The closest airports to Suzuka are Nagaya and Osaka’s Kansai International.
Tokyo is further away but the bullet train is a comfortable enough option of travelling to the race from the capital, if you prefer to stay in one of the Tokyo Hotels.
Sepang Circuit: (Sepang Hotels – Malaysia)
Located in the heart of Malaysia’s Multimedia Super Corridor, the Sepang Circuit is only a 10-minute drive from Kuala Lumpur International Airport – voted the ‘World’s Best Airport’; in the 2005 AETRA awards and 2006 ACI-ASQ awards.
If you’re visiting the Malaysian Grand Prix, you may prefer to stay in Kuala Lumpur.
Grand Prix de Monaco: (Monte Carlo Hotels – Monaco)
As you already know, the Monaco Grand Prix is my favourite.
As the race often coincides with the Cannes Film Festival (11th-22nd May, 2011) some of the stars also make an apearance on the streets of Monte Carlo during race weekend.
If you decide to drive to the South of France, you can even take your car around the ‘track’ in the evening; when the Monaco street circuit is open to the public.
True, you can drive around Monaco anytime but it is a little special to drive around when the race barriers and chicane are in place.
Autodromo Internazionale Enzo e Dino Ferrari: (Imola Hotels – Italy)
Although called the San Marino Grand Prix, it was actually raced in Imola, Italy; from 1981 to 2006.
Singapore Grand Prix: (Singapore Hotels – Singapore)
New to the Formula 1 calendar in 2008, the Singapore Grand Prix is raced around the city state’s Marina Bay at night; making it the first fully lit street race in Formula One history.
With no lights on the cars and relying on powerful overhead lighting, things could prove tricky if it rains.
The F1 Singapore Grand Prix was also the first street race to be held in Asia and one of only a few races to run anticlockwise.
Formula 1 at Night – Singapore:
At the Chingay Parade in February 2008, a night-time preview was given of what night-time Formula One racing might look and feel like in Singapore, come September.
Korean International Circuit: (South Jeolla Province – South Korea)
The Korean Grand Prix made it to Formula 1 grid in 2010.
A brand new race track was constructed for the event in Yeongam, South Jeolla Province – 320 kilometres south of the capital, Seoul.
South Korea has also hosted other major sporting events: Asian Games (1986 and 2002); Seoul Olympics (1988), and the FIFA World Cup Finals (with Japan – in 2002).
Circuit de Catalunya: (Barcelona Hotels – Spain)
The Spanish Grand Prix is raced on the Circuit de Catalunya.
Sagalés Coaches take spectators to the Circuit from the centre of Barcelona, at the junction between Passeig de Sant Joan and Diputació St.; arriving at the Circuit’s East Area. Or you could use the Montmeló railway station with the other 10,000 passengers.
Circuito Urbano: (Valencia Hotels – Spain)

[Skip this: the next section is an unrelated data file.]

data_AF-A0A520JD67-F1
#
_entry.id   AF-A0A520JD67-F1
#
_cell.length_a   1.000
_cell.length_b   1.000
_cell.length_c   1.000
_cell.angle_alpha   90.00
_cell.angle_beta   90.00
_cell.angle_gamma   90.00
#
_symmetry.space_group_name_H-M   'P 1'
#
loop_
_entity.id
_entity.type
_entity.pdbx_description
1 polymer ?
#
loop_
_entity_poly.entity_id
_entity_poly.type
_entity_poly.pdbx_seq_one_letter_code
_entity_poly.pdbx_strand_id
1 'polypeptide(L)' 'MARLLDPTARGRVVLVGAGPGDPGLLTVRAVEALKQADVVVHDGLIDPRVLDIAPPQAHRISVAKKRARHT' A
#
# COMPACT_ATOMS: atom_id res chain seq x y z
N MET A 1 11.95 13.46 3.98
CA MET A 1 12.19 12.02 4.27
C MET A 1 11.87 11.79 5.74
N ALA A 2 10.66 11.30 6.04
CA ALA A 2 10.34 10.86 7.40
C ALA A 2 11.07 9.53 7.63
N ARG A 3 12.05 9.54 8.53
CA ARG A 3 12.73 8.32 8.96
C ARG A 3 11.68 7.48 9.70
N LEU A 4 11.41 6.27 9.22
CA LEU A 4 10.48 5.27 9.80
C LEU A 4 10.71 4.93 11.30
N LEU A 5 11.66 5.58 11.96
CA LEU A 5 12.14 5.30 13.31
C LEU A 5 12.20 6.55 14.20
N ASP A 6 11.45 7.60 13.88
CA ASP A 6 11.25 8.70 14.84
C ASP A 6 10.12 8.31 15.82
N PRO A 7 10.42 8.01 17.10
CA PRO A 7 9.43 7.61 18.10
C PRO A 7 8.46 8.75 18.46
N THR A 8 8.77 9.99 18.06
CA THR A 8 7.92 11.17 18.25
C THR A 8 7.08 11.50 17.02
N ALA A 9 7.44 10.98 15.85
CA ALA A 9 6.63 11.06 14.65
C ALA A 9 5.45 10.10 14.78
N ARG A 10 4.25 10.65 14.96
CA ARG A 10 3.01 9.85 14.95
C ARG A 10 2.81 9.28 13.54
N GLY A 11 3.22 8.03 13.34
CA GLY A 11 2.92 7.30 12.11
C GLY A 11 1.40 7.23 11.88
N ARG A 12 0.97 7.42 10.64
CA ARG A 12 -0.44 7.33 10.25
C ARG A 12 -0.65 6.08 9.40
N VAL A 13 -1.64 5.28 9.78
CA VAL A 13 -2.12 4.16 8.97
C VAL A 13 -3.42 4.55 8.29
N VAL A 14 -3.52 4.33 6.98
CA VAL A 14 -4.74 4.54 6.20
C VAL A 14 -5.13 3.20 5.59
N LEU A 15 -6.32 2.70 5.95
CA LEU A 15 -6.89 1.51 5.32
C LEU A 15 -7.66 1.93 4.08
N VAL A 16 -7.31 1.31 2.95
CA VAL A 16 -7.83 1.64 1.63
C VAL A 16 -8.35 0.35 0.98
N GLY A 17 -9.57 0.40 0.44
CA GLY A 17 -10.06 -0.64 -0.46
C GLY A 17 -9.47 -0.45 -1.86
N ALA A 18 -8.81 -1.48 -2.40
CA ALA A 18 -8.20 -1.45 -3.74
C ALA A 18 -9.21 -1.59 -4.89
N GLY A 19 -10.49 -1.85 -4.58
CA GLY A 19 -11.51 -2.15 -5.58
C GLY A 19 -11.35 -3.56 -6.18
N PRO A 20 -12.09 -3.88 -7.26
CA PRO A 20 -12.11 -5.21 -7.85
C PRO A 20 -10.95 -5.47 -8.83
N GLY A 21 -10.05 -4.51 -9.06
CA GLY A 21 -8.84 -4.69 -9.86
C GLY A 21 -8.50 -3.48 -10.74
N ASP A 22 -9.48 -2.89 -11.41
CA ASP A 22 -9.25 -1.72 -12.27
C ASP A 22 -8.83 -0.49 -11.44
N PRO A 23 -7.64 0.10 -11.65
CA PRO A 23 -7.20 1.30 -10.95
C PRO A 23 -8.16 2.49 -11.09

Calling a Formula One race the European Grand Prix now seems another way of saying this country has two Grand Prix events on the season’s race calendar.
Whatever, the Valencia street circuit (Street View) made its F1 debut in 2008; an event I missed.
Circuito Urbano – Valencia:
A preview of how Europe’s newest F1 street circuit looks, around the harbourside of Valencia.
The Valencia street circuit should not to be confused with Circuit Valencia, a racing circuit located just outside Cheste; 20km from Valencia.
If you are interested in Circuit Valencia, leave Valencia along Avenida del Cid and take the A-3 dual carriageway, direction Madrid. After about 20km, take exit 334 (Urbanizaciones – Circuito).
During race events, the circuit’s train station on the suburban train (Cercanías) C-3 line is open for fans arriving by rail.
Autocares Buñol also provide a Valencia-Cheste bus service.
Istanbul Park: (Istanbul Hotels – Turkey)
Turkey was a new addition to the Formula 1 race calendar for 2005. The track is located in the Tuzla Tepeören area, on the Asia side of Istanbul.
It can get very hot in Turkey during the summer but early May is still comfortable.
Although it’s quite a trek up to Istanbul for the sun-worshippers staying in the Mediterranean resort of Antalya, the journey is feasible from Izmir or Ankara.
United Arab Emirates
Yas Marina Circuit: (Abu Dhabi Hotels – UAE)
The Yas Marina Circuit is a newly-built circuit on Yas Island, about 30 minutes from the country’s capital, Abu Dhabi.
This became the second Formula One race track in the Middle East; after Bahrain.
Access to the circuit is by a purpose built 12 lane highway which can be accessed from the Sheikh Maktoum (E10) highway from Abu Dhabi, or the Sheikh Zayed (E11) highway from Dubai.
United States of America
Formula 1 United States: (Austin Hotels – USA)
Thanks to Full Throttle Productions, Formula One returns to the United States in 2012; to a world-class facility purposely-built to host the event in Austin, Texas.
US GP Indy: (Indianapolis Hotels – USA)
The United States Grand Prix used to be held at Watkins Glen (NY), then Long Beach, Dallas, Detroit and Pheonix; before re-establishing itself again at Indianapolis – famous home of the Indy 500 – in 2000.
Although no longer on the F1 calendar, a possible Grand Prix return to Indianapolis in the future has not been completely ruled out.
The Indianapolis Motor Speedway is located on the west side of Indianapolis, close to Indianapolis International Airport.
From I-465: Take Exit 16A, Crawfordsville Rd. Head east approximately 1.5 miles; the Speedway is located on the north east corner of Crawfordsville and Georgetown Roads.